Mental-health patients driven hundreds of miles for treatment
Shortage of beds in constituencies of two health ministers is blamed on cuts in East Anglian hospital budgets
Charlie Cooper is Health Correspondent for The Independent, i, and The Independent on Sunday, writing on the NHS, medical advances, and international health. Since joining the papers as an editorial assistant, he has been nominated for young journalist of the year at both the Press Awards and the British Journalism Awards.
Sunday 11 May 2014
A crisis in mental health care has been declared by NHS staff in East Anglia, across a region covering the constituencies of two government health ministers.
Nurses say that it has become common for there to be no beds available for mental health patients in all of Norfolk and Suffolk, leading to severely ill patients being driven hundreds of miles to hospitals as far as Manchester.
The situation has become so acute that staff, who regularly work excessive hours because they cannot leave their patients until a bed is found, are considering industrial action. In one incident, a mental health professional spent 22 hours with a patient who was eventually driven to a ward in Cheshire.
Experts say the situation is symptomatic of a national problem, and concerns for the safety of patients, staff and constituents of two health ministers has brought the crisis sharply into focus for the Government. Historically, mental health services had much lower levels of funding than physical health. Earlier this year, NHS England reduced the tariff for mental health services by 1.8 per cent, compared with 1.5 per cent for physical health.
Norman Lamb, the Liberal Democrat mental health minister, is MP for North Norfolk, which has been at the centre of the crisis. Conservative health minister Dr Dan Poulter is MP for Central Suffolk and North Ipswich, which is also covered by the trust. Concerns about mental health care at the Norfolk and Suffolk NHS Foundation Trust have mounted since it announced £40m worth of savings two years ago. The savings were a consequence of a slowdown in national NHS funding after £20bn in efficiency savings were ordered.
Since 2012, the trust has made 175 staff redundant. Despite rising demand, there are proposals to reduce bed numbers in the Great Yarmouth and Waveney areas. Staff warn that care levels have been compromised. In February, staff wrote to local health commissioners warning of "a crisis in bed availability" and "patients' safety being placed at risk and their legal rights infringed". Last week, three wards in Norfolk had to accommodate patients on makeshift beds in the ward living room after reaching bed capacity.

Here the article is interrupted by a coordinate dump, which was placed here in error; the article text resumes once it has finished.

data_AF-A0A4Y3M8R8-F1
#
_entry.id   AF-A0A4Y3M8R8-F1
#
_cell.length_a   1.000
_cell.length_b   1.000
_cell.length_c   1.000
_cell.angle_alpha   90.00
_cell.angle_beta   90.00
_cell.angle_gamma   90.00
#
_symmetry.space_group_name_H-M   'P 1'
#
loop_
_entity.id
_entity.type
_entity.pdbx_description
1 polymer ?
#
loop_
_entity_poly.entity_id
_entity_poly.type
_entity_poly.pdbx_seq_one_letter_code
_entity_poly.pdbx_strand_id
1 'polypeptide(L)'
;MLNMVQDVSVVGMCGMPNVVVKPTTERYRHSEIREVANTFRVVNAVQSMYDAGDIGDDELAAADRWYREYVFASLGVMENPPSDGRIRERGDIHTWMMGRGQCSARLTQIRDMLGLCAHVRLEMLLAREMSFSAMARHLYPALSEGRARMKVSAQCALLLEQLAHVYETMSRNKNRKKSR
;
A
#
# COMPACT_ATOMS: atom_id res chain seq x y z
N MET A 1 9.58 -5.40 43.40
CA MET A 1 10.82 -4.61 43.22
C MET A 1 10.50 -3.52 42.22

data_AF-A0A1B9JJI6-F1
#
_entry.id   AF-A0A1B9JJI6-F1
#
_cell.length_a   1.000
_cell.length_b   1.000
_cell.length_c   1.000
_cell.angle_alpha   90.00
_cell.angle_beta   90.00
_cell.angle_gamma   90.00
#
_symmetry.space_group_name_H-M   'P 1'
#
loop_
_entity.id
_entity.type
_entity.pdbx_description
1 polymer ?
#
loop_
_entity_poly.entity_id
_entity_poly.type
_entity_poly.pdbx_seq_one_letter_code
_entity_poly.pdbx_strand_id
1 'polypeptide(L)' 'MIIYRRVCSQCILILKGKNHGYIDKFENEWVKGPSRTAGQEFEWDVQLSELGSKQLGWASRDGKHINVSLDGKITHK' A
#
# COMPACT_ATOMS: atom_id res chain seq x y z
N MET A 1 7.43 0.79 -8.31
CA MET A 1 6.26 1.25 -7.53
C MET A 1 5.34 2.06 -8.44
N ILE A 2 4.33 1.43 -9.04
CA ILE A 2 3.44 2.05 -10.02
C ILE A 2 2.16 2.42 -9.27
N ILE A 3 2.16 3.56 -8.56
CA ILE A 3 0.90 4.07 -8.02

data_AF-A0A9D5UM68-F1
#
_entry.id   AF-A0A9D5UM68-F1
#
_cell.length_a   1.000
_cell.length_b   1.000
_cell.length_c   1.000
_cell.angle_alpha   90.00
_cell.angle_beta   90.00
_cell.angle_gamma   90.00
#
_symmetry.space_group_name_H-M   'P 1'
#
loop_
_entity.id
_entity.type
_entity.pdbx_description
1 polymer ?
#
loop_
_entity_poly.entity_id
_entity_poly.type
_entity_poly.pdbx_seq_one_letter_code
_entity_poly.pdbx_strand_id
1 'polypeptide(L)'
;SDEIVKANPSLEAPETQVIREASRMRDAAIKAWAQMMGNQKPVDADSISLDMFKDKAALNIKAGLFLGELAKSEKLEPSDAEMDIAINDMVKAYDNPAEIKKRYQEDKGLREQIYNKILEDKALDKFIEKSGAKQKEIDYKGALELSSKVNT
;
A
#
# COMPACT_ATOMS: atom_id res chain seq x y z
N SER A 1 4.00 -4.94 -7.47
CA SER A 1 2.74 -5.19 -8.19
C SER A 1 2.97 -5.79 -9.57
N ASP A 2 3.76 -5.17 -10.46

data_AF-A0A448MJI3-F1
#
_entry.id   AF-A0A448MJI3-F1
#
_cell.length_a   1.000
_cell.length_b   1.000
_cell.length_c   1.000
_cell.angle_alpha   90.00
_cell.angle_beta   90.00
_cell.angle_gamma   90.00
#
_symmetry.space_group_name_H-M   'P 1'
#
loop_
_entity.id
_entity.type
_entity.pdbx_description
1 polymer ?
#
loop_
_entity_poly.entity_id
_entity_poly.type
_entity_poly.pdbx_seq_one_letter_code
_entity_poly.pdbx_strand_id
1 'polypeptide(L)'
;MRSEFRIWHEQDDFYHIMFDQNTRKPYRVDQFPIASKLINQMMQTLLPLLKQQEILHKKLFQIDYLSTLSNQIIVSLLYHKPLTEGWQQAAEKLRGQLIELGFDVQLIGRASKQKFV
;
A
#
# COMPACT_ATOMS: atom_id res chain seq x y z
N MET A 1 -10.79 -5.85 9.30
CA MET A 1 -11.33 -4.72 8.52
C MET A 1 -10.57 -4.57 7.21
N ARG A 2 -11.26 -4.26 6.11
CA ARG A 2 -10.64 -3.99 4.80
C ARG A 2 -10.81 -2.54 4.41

Emma Corlett, a mental health nurse and Unison branch spokesperson, said patients assigned an urgent mental health assessment within four hours by GPs were being assessed over the phone because staff had no time or resources to meet them. "They are effectively being phoned saying: 'Do you think you can keep yourself safe overnight?' This is obviously unsatisfactory. It's not clinical judgement that's driving that decision," she said. "It's the sheer volume of work."
Cuts to specialist outreach teams, designed to help to keep patients out of hospital and cared for in the community, had exacerbated difficulties. The trust was criticised last year at an inquest into the death of trust patient Matthew Dunham, 25, who jumped to his death from a shopping centre in Norwich. The coroner described his care as "fragmented and unco-ordinated". The trust could face similar criticism at a forthcoming inquest into a man who died after a balcony fall in Norwich in March.
Mr Lamb acknowledged that mental health services in Norfolk are "not good enough" and has met hospital regulators and the trust. He reacted furiously to NHS England's decision earlier this year to reduce mental health funding disproportionately, which he says flies in the face of government commitments to give equal priority to physical and mental health services. He says he has taken up his concerns with local trust commissioners and told by them they had since received a funding boost.
Dr Rob Harwood, of the British Medical Association's consultant committee and a senior anaesthetist in Norfolk, said the trust had forced through changes to mental health services "not seen elsewhere". "It's the ultimate irony," he said. "We have two health ministers whose constituencies are covered by the trust which is doing some things that are difficult to understand."
Mr Lamb is concerned that, nationally, commissioners are focusing spending on meeting physical care targets. He insists he stands by government health spending decisions in this Parliament, but hinted the Liberal Democrats would want to increase investment in the NHS if they remained in government.
Andrew Hopkins, the trust's acting chief executive, said: "In common with other mental health trusts across England, we have seen increases in demand for acute beds and out-of-area acute placements. We have plans in place to ensure that we will not need to use out-of-area placements in the long term."
A Department of Health spokesperson said: "There must be equal priority between mental and physical health services. The difficult economic decisions this government has taken has meant we have been able to protect the NHS budget."
Dr Poulter did not respond to a request for comment.
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